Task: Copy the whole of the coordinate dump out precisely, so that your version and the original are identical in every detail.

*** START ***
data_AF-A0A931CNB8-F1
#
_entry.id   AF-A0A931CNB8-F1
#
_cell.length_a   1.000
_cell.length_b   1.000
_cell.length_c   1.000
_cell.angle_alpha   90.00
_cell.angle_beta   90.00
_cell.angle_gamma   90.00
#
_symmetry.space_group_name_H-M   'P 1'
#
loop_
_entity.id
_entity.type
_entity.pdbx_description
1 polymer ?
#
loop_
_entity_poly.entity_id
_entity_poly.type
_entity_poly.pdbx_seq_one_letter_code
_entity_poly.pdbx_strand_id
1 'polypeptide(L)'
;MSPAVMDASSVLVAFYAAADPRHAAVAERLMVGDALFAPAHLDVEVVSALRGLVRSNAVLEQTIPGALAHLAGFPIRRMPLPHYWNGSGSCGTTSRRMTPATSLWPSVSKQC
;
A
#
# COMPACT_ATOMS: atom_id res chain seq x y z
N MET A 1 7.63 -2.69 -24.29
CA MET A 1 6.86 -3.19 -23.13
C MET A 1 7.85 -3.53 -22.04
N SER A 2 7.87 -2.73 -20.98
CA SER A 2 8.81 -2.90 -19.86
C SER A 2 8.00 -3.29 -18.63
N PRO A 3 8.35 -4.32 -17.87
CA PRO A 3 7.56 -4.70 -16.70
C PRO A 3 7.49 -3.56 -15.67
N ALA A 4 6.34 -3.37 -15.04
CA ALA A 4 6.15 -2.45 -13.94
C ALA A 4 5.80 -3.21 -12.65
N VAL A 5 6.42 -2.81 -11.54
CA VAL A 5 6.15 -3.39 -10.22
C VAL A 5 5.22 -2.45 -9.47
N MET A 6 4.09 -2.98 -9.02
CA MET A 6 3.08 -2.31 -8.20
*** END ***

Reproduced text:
data_AF-A0A931CNB8-F1
#
_entry.id   AF-A0A931CNB8-F1
#
_cell.length_a   1.000
_cell.length_b   1.000
_cell.length_c   1.000
_cell.angle_alpha   90.00
_cell.angle_beta   90.00
_cell.angle_gamma   90.00
#
_symmetry.space_group_name_H-M   'P 1'
#
loop_
_entity.id
_entity.type
_entity.pdbx_description
1 polymer ?
#
loop_
_entity_poly.entity_id
_entity_poly.type
_entity_poly.pdbx_seq_one_letter_code
_entity_poly.pdbx_strand_id
1 'polypeptide(L)'
;MSPAVMDASSVLVAFYAAADPRHAAVAERLMVGDALFAPAHLDVEVVSALRGLVRSNAVLEQTIPGALAHLAGFPIRRMPLPHYWNGSGSCGTTSRRMTPATSLWPSVSKQC
;
A
#
# COMPACT_ATOMS: atom_id res chain seq x y z
N MET A 1 7.63 -2.69 -24.29
CA MET A 1 6.86 -3.19 -23.13
C MET A 1 7.85 -3.53 -22.04
N SER A 2 7.87 -2.73 -20.98
CA SER A 2 8.81 -2.90 -19.86
C SER A 2 8.00 -3.29 -18.63
N PRO A 3 8.35 -4.32 -17.87
CA PRO A 3 7.56 -4.70 -16.70
C PRO A 3 7.49 -3.56 -15.67
N ALA A 4 6.34 -3.37 -15.04
CA ALA A 4 6.15 -2.45 -13.94
C ALA A 4 5.80 -3.21 -12.65
N VAL A 5 6.42 -2.81 -11.54
CA VAL A 5 6.15 -3.39 -10.22
C VAL A 5 5.22 -2.45 -9.47
N MET A 6 4.09 -2.98 -9.02
CA MET A 6 3.08 -2.31 -8.20